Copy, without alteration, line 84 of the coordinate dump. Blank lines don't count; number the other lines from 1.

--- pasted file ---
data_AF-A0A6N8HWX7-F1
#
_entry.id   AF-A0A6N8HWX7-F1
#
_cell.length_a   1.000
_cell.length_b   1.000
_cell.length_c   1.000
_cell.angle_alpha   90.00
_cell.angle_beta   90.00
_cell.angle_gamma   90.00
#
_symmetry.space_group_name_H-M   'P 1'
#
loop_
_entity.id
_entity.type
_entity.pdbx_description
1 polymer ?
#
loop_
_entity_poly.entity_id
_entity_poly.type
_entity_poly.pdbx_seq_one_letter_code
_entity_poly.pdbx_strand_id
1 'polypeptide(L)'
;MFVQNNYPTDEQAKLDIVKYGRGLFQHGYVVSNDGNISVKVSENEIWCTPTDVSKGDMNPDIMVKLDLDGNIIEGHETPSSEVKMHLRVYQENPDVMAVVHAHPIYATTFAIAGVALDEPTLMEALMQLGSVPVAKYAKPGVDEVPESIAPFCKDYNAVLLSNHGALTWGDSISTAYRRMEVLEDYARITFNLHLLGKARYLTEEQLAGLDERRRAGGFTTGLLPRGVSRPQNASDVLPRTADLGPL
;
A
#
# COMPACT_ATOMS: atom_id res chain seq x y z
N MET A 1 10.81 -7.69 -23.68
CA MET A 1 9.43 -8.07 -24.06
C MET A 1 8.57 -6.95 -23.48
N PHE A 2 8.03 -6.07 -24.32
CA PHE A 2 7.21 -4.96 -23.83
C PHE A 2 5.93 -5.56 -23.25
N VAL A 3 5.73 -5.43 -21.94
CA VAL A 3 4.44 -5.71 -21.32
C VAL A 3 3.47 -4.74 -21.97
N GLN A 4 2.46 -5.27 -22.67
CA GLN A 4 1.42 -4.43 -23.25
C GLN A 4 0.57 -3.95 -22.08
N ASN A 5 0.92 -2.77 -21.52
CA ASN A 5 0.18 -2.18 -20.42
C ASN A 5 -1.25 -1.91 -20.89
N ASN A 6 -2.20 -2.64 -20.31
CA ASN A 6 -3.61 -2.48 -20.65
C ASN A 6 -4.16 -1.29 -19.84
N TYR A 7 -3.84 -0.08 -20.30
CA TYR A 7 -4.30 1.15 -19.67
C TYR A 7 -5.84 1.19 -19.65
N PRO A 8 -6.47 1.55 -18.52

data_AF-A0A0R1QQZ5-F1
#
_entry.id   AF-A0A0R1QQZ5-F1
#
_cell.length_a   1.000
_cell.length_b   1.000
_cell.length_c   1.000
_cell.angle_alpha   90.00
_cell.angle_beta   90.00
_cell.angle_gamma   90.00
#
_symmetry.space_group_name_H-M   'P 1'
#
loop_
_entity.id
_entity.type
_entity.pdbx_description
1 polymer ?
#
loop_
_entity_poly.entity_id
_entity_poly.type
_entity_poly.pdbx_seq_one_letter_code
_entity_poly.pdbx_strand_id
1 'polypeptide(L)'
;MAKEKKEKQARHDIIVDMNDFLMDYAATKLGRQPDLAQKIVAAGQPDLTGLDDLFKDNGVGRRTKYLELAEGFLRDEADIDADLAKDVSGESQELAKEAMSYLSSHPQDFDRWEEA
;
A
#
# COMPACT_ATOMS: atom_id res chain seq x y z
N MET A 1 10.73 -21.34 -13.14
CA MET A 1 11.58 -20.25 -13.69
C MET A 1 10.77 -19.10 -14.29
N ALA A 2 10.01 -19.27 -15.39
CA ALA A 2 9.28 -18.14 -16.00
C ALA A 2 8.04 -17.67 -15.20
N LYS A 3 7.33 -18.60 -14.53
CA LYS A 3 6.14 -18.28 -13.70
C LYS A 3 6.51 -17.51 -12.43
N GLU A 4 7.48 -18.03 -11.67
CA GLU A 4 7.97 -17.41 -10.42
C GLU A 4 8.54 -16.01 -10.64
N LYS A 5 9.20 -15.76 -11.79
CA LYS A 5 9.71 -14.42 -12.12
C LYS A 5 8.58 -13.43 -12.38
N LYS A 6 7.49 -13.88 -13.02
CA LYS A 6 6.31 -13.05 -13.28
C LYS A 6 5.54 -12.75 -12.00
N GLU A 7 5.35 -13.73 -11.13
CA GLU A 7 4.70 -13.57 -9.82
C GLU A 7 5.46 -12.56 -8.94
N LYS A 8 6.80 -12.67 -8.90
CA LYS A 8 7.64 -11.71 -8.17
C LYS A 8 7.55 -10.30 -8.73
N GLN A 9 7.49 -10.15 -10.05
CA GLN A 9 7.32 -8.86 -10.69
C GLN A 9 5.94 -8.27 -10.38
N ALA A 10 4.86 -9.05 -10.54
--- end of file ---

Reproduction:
CA MET A 1 11.58 -20.25 -13.69